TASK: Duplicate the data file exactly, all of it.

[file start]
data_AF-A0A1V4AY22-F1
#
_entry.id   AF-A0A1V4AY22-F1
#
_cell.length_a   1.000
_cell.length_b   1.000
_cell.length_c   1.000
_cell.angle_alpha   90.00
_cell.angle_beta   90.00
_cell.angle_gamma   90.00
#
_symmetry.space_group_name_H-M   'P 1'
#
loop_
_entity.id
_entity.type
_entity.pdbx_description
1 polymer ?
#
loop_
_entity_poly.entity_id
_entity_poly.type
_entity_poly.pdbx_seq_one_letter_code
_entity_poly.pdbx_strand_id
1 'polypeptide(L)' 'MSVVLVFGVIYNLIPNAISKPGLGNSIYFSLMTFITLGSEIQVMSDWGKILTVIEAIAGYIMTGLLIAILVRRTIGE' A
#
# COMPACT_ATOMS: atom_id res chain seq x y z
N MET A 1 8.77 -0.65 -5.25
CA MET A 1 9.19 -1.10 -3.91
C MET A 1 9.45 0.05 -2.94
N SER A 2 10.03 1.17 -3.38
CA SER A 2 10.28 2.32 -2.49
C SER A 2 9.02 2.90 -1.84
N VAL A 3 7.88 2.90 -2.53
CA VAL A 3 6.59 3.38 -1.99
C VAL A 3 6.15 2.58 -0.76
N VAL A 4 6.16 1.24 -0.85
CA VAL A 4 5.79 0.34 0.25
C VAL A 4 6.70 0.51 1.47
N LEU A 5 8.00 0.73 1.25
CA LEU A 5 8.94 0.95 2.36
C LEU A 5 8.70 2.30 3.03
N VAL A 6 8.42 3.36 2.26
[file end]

data_AF-A0A1V4AY22-F1
#
_entry.id   AF-A0A1V4AY22-F1
#
_cell.length_a   1.000
_cell.length_b   1.000
_cell.length_c   1.000
_cell.angle_alpha   90.00
_cell.angle_beta   90.00
_cell.angle_gamma   90.00
#
_symmetry.space_group_name_H-M   'P 1'
#
loop_
_entity.id
_entity.type
_entity.pdbx_description
1 polymer ?
#
loop_
_entity_poly.entity_id
_entity_poly.type
_entity_poly.pdbx_seq_one_letter_code
_entity_poly.pdbx_strand_id
1 'polypeptide(L)' 'MSVVLVFGVIYNLIPNAISKPGLGNSIYFSLMTFITLGSEIQVMSDWGKILTVIEAIAGYIMTGLLIAILVRRTIGE' A
#
# COMPACT_ATOMS: atom_id res chain seq x y z
N MET A 1 8.77 -0.65 -5.25
CA MET A 1 9.19 -1.10 -3.91
C MET A 1 9.45 0.05 -2.94
N SER A 2 10.03 1.17 -3.38
CA SER A 2 10.28 2.32 -2.49
C SER A 2 9.02 2.90 -1.84
N VAL A 3 7.88 2.90 -2.53
CA VAL A 3 6.59 3.38 -1.99
C VAL A 3 6.15 2.58 -0.76
N VAL A 4 6.16 1.24 -0.85
CA VAL A 4 5.79 0.34 0.25
C VAL A 4 6.70 0.51 1.47
N LEU A 5 8.00 0.73 1.25
CA LEU A 5 8.94 0.95 2.36
C LEU A 5 8.70 2.30 3.03
N VAL A 6 8.42 3.36 2.26